Today, like most days, Mehwish Muzaffar, a PhD student, has to take her online classes at the rooftop of her home. She lives in a remote village in the Vehari district of Punjab.
It is bone-chilling cold this morning. Wrapped in the warmest blanket she could find, Muzaffar sits glued to her laptop, listening to a lecture streamed all the way from China.
The 30-year-old, who is enrolled in a doctoral degree programme at the East China Normal University, returned to Pakistan in January last year after the outbreak of the deadly coronavirus in China. Since then, she has not been able to return to her university in Shanghai.
Soon after Muzaffar returned to Pakistan, the Pakistani government halted flights to and from China for nearly a month. And when flights finally resumed, Beijing suspended most international flights in order to control the spread of the virus, making it harder for international students to return.
While some students have since been flown back by Pakistan on special flights, others — like Muzaffar — are still stuck.
For now, Muzaffar has on the rooftop of her house, the only place where she can catch good Wifi signals to attend her classes. “It is very cold, but I don’t have a choice,” she tells Geo.tv.
Her university has warned its international students that if they are disconnected for more than three minutes, they will be marked absent in the class. That is a risk Muzaffar cannot take, which is why she keeps two fully-charged Internet devices with her at all times. If the signals drop on one device, she can quickly switch to another.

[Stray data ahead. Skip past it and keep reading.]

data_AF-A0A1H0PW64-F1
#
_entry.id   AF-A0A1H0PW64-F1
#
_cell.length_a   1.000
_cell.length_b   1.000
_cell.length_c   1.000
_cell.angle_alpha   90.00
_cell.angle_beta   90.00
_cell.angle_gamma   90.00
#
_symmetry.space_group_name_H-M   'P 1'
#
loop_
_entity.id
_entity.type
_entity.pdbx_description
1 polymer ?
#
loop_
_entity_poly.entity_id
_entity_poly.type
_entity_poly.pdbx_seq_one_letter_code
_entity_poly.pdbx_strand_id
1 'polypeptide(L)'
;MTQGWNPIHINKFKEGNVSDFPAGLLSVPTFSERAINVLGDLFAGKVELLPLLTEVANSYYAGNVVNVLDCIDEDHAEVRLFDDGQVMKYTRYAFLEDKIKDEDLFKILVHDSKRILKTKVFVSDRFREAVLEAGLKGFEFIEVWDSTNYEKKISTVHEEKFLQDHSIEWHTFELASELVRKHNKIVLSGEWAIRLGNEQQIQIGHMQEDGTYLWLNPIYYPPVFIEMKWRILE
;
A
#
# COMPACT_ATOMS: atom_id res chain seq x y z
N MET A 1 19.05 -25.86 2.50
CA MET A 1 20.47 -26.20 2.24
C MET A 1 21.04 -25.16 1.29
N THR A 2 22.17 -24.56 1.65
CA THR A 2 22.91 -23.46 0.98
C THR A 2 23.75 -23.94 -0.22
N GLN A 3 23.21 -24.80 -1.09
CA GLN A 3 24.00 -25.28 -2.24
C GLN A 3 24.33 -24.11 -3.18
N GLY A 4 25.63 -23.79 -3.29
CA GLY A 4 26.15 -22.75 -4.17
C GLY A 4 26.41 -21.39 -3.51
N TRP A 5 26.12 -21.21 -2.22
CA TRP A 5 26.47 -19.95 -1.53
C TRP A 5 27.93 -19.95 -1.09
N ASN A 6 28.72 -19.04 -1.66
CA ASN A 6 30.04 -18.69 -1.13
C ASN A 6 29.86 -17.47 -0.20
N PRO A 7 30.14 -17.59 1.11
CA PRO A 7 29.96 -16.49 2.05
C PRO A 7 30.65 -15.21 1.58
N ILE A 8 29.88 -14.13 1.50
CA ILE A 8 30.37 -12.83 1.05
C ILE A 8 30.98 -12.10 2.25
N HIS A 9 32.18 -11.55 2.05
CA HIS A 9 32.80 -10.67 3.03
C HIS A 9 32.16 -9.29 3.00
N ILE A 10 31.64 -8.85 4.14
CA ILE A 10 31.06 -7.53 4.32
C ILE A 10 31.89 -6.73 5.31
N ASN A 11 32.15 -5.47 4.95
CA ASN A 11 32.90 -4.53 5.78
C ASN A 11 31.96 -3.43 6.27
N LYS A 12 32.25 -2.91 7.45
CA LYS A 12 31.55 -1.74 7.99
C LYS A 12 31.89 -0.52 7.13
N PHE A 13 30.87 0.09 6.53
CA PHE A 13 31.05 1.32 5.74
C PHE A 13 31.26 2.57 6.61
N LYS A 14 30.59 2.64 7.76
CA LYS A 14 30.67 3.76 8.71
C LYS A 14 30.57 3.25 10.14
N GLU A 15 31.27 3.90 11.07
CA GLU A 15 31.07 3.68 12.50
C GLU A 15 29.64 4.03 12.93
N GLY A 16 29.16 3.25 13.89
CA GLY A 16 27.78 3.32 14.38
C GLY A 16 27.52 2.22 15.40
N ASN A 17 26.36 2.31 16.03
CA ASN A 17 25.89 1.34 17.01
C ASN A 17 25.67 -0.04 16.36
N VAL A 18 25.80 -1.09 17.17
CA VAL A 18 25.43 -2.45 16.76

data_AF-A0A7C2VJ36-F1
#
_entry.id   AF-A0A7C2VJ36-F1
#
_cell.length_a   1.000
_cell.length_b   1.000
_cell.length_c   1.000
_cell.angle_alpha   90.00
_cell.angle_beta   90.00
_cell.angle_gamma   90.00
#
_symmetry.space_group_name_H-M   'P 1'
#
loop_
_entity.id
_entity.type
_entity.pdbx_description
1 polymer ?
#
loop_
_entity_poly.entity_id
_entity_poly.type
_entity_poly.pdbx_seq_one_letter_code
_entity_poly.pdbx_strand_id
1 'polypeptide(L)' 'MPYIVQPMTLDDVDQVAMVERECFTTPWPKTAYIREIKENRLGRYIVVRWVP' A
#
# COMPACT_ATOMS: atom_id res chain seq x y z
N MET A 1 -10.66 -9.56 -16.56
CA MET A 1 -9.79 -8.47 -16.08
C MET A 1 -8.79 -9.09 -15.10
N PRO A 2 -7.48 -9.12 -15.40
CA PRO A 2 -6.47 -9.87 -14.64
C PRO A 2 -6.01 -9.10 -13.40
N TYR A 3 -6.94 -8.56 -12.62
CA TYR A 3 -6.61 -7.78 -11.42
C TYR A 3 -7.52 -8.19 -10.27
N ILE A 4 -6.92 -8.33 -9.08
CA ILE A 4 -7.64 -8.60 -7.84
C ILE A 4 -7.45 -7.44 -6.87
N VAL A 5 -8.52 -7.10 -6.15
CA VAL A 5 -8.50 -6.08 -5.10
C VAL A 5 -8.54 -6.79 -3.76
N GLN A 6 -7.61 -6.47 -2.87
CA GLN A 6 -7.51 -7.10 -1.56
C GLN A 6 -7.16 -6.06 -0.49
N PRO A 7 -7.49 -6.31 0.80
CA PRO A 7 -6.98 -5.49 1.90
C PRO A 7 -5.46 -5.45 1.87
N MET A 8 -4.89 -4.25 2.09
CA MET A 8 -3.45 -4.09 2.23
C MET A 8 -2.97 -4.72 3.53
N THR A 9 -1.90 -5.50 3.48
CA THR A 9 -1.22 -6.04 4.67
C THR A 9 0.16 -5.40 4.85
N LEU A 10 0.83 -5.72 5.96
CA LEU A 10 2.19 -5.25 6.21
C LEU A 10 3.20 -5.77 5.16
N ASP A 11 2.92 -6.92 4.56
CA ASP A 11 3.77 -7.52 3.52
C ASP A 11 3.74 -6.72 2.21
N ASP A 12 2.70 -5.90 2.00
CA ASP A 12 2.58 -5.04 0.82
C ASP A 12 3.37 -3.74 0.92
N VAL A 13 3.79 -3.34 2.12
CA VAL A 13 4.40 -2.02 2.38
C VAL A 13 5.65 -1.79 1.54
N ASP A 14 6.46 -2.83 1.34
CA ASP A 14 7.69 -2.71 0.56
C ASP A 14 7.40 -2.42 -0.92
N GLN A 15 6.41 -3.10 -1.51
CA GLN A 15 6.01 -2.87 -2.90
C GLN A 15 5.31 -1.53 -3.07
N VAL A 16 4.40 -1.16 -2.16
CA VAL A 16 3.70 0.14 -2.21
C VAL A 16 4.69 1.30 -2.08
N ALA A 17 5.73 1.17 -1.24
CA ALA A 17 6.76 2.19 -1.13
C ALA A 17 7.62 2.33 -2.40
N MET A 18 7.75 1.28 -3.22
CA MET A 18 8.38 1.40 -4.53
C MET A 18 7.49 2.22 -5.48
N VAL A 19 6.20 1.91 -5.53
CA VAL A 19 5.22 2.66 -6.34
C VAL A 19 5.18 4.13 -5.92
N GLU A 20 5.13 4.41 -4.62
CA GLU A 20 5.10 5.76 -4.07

As per Muzaffar, there are some 5,000 students like her in Pakistan, who are unable to travel to China and are forced to take their examinations and classes online.
For almost all students, connectivity is a major concern in Pakistan, a country where there are frequent power outages.
Muhammad Younas, a student of sociology at the Central China Normal University in Wuhan, China, agrees and says that online classes are a nightmare. At his home in the Balochistan province, the Internet connection fluctuates, as there are areas around his home where Internet access is still restricted to 2G speed.
“To communicate with other students, I have downloaded applications like WeChat,” he told Geo.tv over the phone. “But they don’t work as smoothly at my home due to the slow Internet.”
Even as students are anxious to return to their campuses in China, authorities are still unsure. Vaccination drives against the coronavirus have kicked off in China and are to begin in Pakistan from this week, yet regular flight operations between the two countries have not resumed.
Also, last week, Pakistan’s Higher Education Commission issued advisory encouraging Pakistani students to continue taking their online classes at Chinese universities, adding that due to the second wave of the pandemic “the immigration policies for international students to China have not been determined yet.”
According to the China Admissions, an online platform for international students applying to Chinese Universities, in 2019 there were 28,023 Pakistanis studying in China. Of these, 6,156 Pakistanis are enrolled in the PhD programmes, 3,600 in graduate programmes, 11,100 in bachelor’s programmes, and 3,000 in short-term exchange programmes across China.
In fact, Pakistan has the third-highest population of students in China.
“I hope to return to China as soon as the pandemic situation is normalised,” says Muzaffar. “Attending classes like this, with the fear of losing the Internet connection, is not easy.